http://theurbanearth.wordpress.com/2...sier-le-grand/

The fact is that modernism shot itself in the foot the moment it decided that it didn't need any continuity with the past. Whoever thought a flat roof on a concrete box was anything other than hideous?? I'd knock it all down if I had my way. Every last squat concrete tower block. Modernist architects (and those that employed them) should be utterly ashamed at what they've done to our urban landscapes over the last 60 years.

And you speak of the UK, and in my experience the UK has had a completely philistine attitude towards all the arts and culture in general for centuries. Bath is a rare exception in being a UK city worthy to stand next to the great cities of Europe. The reason the UK didn't 'reconstruct' much after the war is because there was very little left worth reconstructing. (Btw, apart from Bath what other 'Heritage Cities' would you say were in the UK? I can think of York, Lincoln, Warwick and bits of Norwich).
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Last edited by wolfpaw; July 22nd, 2010 at 02:13 AM.
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Old July 22nd, 2010, 02:36 AM   #1689
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You seem to equate modernism with tower blocks, which is very unfair indeed. Architects who design skyscrapers, we are all drooling over on here, without exception call themselves modernists. If you do not want their buildings then youre on the wrong site. However people like their work. Thats why they get commissions all over the World. That is why they are star architects who win awards. Incidentally works of the likes of Warhol, Pollock, Picasso etc sell for millions aswell. Something that is hated does not fetch prices that high.

The post-war crap must be seen in the context of post-War austerity. Modernism offered a quick and cheap way to rebuild broken Europe, flawed ideologies of universal equality also had a part to play. However tower-blocks and sink estates is not what modernism is all about. It is about purity of form, form follows function, this new type of thinking can be seen in universally loved iron architecture of the Victorian age - train sheds and greenhouses. As they showed less can be beautiful. There are plenty of fantastic pieces of modernist architecture out there and Unité d'Habitation is one of them. Indeed Unité d'Habitation is very popular with its residents and is now mainly occupied by middle-class professionals. Please explain this. If people dont want it how come they like it? It is you who dont want it.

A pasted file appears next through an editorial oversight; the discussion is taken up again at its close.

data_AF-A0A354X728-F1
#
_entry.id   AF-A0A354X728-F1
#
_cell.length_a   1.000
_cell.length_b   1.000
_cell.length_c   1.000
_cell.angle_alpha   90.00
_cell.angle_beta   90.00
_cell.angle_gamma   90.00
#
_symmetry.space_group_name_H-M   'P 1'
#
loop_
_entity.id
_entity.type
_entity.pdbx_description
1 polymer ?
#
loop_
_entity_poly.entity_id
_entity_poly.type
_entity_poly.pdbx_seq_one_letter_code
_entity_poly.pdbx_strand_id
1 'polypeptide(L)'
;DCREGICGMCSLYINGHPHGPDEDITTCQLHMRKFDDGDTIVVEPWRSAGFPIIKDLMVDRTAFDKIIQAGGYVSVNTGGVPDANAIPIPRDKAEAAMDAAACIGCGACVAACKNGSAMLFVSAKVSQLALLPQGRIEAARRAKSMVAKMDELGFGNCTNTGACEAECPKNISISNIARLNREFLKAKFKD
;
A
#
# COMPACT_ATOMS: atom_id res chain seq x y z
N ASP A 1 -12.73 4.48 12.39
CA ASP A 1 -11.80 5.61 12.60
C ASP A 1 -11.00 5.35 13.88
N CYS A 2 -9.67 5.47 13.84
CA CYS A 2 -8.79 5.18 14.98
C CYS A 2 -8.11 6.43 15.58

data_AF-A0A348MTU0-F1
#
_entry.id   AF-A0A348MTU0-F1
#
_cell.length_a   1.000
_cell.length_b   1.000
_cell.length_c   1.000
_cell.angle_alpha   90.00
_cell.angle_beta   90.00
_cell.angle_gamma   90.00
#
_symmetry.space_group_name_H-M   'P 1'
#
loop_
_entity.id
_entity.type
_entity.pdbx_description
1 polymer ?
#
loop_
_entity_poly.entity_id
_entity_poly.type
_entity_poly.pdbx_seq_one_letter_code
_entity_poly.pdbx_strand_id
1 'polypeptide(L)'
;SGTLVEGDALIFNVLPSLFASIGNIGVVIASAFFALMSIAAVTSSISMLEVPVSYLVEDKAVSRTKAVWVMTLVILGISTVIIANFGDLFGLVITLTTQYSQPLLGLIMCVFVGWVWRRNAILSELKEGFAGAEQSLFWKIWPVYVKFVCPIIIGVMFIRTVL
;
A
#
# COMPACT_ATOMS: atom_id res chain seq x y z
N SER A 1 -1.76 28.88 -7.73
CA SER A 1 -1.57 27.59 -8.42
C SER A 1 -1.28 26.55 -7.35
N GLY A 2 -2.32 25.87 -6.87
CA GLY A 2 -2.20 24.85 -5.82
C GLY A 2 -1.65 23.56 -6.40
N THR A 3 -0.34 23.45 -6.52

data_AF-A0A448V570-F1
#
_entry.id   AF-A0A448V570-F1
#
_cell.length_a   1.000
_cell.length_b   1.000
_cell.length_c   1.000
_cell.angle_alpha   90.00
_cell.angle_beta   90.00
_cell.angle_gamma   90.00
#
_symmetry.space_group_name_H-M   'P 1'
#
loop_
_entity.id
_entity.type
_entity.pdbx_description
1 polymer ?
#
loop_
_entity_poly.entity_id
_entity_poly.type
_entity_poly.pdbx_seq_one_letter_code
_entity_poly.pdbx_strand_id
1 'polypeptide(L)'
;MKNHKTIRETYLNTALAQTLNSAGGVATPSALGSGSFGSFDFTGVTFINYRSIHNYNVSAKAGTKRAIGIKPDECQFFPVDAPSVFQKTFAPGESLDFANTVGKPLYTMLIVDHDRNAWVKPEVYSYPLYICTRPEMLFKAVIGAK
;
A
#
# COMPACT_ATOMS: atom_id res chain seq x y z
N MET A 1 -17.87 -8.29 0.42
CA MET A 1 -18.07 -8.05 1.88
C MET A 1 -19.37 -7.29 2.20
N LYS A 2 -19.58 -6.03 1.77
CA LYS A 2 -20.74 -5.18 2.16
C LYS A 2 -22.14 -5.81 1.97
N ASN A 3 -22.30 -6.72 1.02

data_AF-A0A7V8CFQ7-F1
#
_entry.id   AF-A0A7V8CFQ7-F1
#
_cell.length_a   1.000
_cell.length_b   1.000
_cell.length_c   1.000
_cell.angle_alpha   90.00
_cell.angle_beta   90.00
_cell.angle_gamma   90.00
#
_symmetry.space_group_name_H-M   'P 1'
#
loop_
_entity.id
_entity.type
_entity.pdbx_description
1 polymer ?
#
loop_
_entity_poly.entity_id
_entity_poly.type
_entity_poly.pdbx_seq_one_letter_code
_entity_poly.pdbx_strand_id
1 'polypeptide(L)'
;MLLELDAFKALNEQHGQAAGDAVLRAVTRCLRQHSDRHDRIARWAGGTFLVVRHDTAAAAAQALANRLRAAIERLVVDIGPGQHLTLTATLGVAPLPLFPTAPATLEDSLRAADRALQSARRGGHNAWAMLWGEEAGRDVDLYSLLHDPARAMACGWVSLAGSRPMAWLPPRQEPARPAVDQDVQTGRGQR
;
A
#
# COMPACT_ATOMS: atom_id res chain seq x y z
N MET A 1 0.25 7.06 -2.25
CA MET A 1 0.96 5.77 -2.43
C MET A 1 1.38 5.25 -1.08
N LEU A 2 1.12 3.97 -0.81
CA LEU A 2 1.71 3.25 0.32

What do you want our cities to be? Museums? Sure museums are cool, but they are museums and the problem with them is that in this brave new World which is increasingly being dominated by uber-modern Asian giants is very, very difficult to compete. You cant improve anything, you cant build new housing because its out of character, or too tall, or whatever. You cant widen the roads or build light rail, because of the exactly the same reason. Views, character, heritage, NIMBYism.
Im not uber-modernist philistine. I love old architecture, but I also believe that old and new can co-exist in peace and indeed enhance each other. Examples include deconstructivist fire escape on the Landhaus in Dresden and this in London among many, many others -

http://www.flickr.com/photos/dhedwar...04523/sizes/l/

Look at the above and answer me this, what would you rather have - a brave development and juxtaposition of styles or sad compromise you can see in the background? Compromise is precisely what NIMBYism and hatred of modern achieves. Do you want that? Or do you want brave, and exciting cities? I know which I want.